You can call it my opinion, and it is, but it's also backed up by reams of history and data.
You see, we hang too much of what we think we know about deflation on the Great Depression, which wasn't caused by deflation, but was exacerbated by deflation. The truth is, deflation isn't the devil. Deflation is a market-clearing mechanism that is part of free markets correcting themselves from excesses usually caused by inequality in the distribution of capital and assets.
In 2008, global economies were growing swimmingly. It was artificially low interest rates and financial engineering excesses that led to the credit crisis.
And that all got fixed how?
By more financial engineering and more artificially squelched interest rates, made infinitely worse by the culprits of the credit crisis who manifested their greed into the Great Recession (instead of being fattened themselves, being coddled by Congress, the Fed) and were spooned massive amounts of free money, had their underwater bonds taken off their balance sheets and were generally wet-nursed back to massive profitability to tee-up the next crisis by having to leverage up wherever and whomever they can to profit on the huge economies of scale that now works against them and us.
In case you missed what that rant was about, it was about the TBTF (Too-Big-To-Fail) banks.
The excesses we faced in 2008 were financial.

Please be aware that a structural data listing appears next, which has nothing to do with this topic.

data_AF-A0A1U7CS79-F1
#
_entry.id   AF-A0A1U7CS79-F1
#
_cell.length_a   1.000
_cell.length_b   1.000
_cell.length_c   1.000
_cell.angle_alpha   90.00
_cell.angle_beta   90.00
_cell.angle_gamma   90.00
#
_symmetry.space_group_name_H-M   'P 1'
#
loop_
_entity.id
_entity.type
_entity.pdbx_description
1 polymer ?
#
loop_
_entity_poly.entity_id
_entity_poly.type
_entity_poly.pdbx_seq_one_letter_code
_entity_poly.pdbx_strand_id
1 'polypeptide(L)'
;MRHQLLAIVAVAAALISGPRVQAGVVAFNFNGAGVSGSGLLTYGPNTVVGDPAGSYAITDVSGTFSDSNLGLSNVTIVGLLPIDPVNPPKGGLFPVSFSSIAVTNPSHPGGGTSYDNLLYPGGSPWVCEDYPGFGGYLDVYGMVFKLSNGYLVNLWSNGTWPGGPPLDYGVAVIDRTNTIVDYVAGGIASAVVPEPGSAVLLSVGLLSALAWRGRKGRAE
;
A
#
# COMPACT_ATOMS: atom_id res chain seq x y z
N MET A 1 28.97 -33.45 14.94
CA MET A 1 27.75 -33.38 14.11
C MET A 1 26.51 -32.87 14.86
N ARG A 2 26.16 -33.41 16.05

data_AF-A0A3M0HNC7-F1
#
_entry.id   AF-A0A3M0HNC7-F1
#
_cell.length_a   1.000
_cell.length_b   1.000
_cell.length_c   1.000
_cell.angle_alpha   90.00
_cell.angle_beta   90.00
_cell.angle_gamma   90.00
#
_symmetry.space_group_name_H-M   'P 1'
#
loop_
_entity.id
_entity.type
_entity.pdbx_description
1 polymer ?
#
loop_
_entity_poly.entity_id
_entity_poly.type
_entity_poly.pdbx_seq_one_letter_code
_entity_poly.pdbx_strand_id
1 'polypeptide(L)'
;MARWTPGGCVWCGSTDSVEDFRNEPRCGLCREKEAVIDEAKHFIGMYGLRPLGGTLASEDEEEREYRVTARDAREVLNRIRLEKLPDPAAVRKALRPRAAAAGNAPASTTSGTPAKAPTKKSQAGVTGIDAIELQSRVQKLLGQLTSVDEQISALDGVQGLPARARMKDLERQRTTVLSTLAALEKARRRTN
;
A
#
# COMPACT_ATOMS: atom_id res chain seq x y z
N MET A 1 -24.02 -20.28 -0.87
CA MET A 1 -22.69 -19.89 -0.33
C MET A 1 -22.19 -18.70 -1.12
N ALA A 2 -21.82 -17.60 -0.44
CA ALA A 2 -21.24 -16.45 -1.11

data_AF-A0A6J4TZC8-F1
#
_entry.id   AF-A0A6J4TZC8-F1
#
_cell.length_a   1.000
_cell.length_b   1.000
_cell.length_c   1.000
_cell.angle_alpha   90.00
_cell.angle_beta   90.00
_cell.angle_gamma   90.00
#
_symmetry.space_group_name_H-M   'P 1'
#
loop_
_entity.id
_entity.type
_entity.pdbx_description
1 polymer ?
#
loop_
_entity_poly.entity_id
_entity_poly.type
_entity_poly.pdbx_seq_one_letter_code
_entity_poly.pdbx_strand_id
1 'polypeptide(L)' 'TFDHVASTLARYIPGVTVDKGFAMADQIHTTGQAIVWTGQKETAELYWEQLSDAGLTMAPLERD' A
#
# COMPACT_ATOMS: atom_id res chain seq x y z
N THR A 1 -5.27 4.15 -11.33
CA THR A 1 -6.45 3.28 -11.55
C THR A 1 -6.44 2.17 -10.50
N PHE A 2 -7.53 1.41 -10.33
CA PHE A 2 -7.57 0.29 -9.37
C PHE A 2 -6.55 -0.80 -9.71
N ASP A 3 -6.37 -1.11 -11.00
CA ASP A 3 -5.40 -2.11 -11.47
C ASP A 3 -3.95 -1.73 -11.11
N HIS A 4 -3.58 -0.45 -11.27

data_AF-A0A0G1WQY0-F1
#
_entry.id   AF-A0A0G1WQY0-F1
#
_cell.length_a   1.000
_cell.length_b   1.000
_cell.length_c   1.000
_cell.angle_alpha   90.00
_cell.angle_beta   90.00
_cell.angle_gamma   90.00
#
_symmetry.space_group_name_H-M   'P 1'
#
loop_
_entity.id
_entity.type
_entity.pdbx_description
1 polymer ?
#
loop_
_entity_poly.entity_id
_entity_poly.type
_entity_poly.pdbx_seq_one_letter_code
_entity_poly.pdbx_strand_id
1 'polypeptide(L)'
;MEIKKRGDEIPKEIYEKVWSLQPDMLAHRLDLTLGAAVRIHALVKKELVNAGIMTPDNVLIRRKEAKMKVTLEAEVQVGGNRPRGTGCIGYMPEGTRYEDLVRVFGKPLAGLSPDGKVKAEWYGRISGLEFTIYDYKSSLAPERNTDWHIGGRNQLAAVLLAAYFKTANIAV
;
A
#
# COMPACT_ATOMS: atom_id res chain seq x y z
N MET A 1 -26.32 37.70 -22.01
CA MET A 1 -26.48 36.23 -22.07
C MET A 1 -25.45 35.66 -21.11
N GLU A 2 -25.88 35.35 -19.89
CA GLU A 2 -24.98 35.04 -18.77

And the market's huge rally since 2009 has been mostly an engineered rally based on low interest rates, and Fed manipulation of the yield curve.
Another day of reckoning, otherwise known as financial asset deflation, is coming.
And the sooner it comes, the better off we'll all be. Because if we don't get a "market-clearing" blow-off of engineered stimulus in the near future and a healthy 20% correction, the higher we go, the deeper and more painful and longer-lasting the next correction will be.
We need some disinflation in the economy, there's nothing wrong with that. And financials need to be deflated.
Then and only then will we be on track to start the next leg up in global generational bull market.
It's coming, asset deflation that is.
Former Treasury Secretary Henry Paulson is worried about Fannie Mae and Freddie Mac. And if he's worried, we ought to be worried too...
About the Author
Shah Gilani boasts a financial pedigree unlike any other. He ran his first hedge fund in 1982 from his seat on the floor of the Chicago Board of Options Exchange. When options on the Standard & Poor's 100 began trading on March 11, 1983, Shah worked in "the pit" as a market maker.
The work he did laid the foundation for what would later become the VIX - to this day one of the most widely used indicators worldwide. After leaving Chicago to run the futures and options division of the British banking giant Lloyd's TSB, Shah moved up to Roosevelt & Cross Inc., an old-line New York boutique firm. There he originated and ran a packaged fixed-income trading desk, and established that company's "listed" and OTC trading desks.
Shah founded a second hedge fund in 1999, which he ran until 2003.
Shah's vast network of contacts includes the biggest players on Wall Street and in international finance. These contacts give him the real story - when others only get what the investment banks want them to see.
Today, as editor of Hyperdrive Portfolio, Shah presents his legion of subscribers with massive profit opportunities that result from paradigm shifts in the way we work, play, and live.
Shah is a frequent guest on CNBC, Forbes, and MarketWatch, and you can catch him every week on Fox Business's Varney & Co.